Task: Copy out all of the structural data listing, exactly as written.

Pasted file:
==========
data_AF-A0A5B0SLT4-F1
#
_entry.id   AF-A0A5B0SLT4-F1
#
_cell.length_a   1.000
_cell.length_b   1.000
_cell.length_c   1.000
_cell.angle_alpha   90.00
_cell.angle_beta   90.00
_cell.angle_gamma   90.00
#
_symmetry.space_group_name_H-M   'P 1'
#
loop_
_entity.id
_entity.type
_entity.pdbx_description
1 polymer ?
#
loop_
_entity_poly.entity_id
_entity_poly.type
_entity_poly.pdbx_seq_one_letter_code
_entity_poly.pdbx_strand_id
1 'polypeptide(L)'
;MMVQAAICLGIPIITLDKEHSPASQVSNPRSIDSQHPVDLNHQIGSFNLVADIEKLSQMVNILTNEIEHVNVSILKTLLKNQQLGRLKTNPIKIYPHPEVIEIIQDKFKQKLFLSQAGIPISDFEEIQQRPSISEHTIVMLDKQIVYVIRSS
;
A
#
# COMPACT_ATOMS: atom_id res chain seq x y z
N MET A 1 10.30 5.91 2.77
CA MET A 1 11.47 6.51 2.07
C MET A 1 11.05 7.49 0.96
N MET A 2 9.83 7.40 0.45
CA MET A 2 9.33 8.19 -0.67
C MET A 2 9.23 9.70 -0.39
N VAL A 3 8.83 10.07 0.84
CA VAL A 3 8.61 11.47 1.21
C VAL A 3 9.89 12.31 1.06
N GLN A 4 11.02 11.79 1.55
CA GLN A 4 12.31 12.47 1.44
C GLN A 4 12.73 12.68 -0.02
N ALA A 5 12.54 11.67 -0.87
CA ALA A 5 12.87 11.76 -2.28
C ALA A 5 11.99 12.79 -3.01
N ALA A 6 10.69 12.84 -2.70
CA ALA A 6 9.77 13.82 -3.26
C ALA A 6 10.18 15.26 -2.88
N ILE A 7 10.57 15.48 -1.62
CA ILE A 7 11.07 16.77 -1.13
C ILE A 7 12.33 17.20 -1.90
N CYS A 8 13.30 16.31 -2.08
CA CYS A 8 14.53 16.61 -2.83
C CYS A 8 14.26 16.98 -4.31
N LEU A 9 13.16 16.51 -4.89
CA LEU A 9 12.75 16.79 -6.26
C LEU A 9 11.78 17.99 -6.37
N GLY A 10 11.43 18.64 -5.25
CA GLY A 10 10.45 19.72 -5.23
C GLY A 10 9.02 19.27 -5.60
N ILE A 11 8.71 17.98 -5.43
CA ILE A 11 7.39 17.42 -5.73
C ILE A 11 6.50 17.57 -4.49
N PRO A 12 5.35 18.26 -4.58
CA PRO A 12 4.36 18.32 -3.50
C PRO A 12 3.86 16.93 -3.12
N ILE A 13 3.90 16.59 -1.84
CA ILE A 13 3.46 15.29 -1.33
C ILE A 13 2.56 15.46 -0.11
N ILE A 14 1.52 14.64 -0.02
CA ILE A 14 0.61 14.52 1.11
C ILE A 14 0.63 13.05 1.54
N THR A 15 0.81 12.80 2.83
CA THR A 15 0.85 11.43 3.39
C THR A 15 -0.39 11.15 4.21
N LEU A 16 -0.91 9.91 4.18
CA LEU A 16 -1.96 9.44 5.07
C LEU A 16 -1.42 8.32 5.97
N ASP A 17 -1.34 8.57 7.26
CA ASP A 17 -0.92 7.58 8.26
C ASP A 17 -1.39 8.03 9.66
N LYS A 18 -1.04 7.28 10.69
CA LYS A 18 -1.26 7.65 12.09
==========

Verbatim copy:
data_AF-A0A5B0SLT4-F1
#
_entry.id   AF-A0A5B0SLT4-F1
#
_cell.length_a   1.000
_cell.length_b   1.000
_cell.length_c   1.000
_cell.angle_alpha   90.00
_cell.angle_beta   90.00
_cell.angle_gamma   90.00
#
_symmetry.space_group_name_H-M   'P 1'
#
loop_
_entity.id
_entity.type
_entity.pdbx_description
1 polymer ?
#
loop_
_entity_poly.entity_id
_entity_poly.type
_entity_poly.pdbx_seq_one_letter_code
_entity_poly.pdbx_strand_id
1 'polypeptide(L)'
;MMVQAAICLGIPIITLDKEHSPASQVSNPRSIDSQHPVDLNHQIGSFNLVADIEKLSQMVNILTNEIEHVNVSILKTLLKNQQLGRLKTNPIKIYPHPEVIEIIQDKFKQKLFLSQAGIPISDFEEIQQRPSISEHTIVMLDKQIVYVIRSS
;
A
#
# COMPACT_ATOMS: atom_id res chain seq x y z
N MET A 1 10.30 5.91 2.77
CA MET A 1 11.47 6.51 2.07
C MET A 1 11.05 7.49 0.96
N MET A 2 9.83 7.40 0.45
CA MET A 2 9.33 8.19 -0.67
C MET A 2 9.23 9.70 -0.39
N VAL A 3 8.83 10.07 0.84
CA VAL A 3 8.61 11.47 1.21
C VAL A 3 9.89 12.31 1.06
N GLN A 4 11.02 11.79 1.55
CA GLN A 4 12.31 12.47 1.44
C GLN A 4 12.73 12.68 -0.02
N ALA A 5 12.54 11.67 -0.87
CA ALA A 5 12.87 11.76 -2.28
C ALA A 5 11.99 12.79 -3.01
N ALA A 6 10.69 12.84 -2.70
CA ALA A 6 9.77 13.82 -3.26
C ALA A 6 10.18 15.26 -2.88
N ILE A 7 10.57 15.48 -1.62
CA ILE A 7 11.07 16.77 -1.13
C ILE A 7 12.33 17.20 -1.90
N CYS A 8 13.30 16.31 -2.08
CA CYS A 8 14.53 16.61 -2.83
C CYS A 8 14.26 16.98 -4.31
N LEU A 9 13.16 16.51 -4.89
CA LEU A 9 12.75 16.79 -6.26
C LEU A 9 11.78 17.99 -6.37
N GLY A 10 11.43 18.64 -5.25
CA GLY A 10 10.45 19.72 -5.23
C GLY A 10 9.02 19.27 -5.60
N ILE A 11 8.71 17.98 -5.43
CA ILE A 11 7.39 17.42 -5.73
C ILE A 11 6.50 17.57 -4.49
N PRO A 12 5.35 18.26 -4.58
CA PRO A 12 4.36 18.32 -3.50
C PRO A 12 3.86 16.93 -3.12
N ILE A 13 3.90 16.59 -1.84
CA ILE A 13 3.46 15.29 -1.33
C ILE A 13 2.56 15.46 -0.11
N ILE A 14 1.52 14.64 -0.02
CA ILE A 14 0.61 14.52 1.11
C ILE A 14 0.63 13.05 1.54
N THR A 15 0.81 12.80 2.83
CA THR A 15 0.85 11.43 3.39
C THR A 15 -0.39 11.15 4.21
N LEU A 16 -0.91 9.91 4.18
CA LEU A 16 -1.96 9.44 5.07
C LEU A 16 -1.42 8.32 5.97
N ASP A 17 -1.34 8.57 7.26
CA ASP A 17 -0.92 7.58 8.26
C ASP A 17 -1.39 8.03 9.66
N LYS A 18 -1.04 7.28 10.69
CA LYS A 18 -1.26 7.65 12.09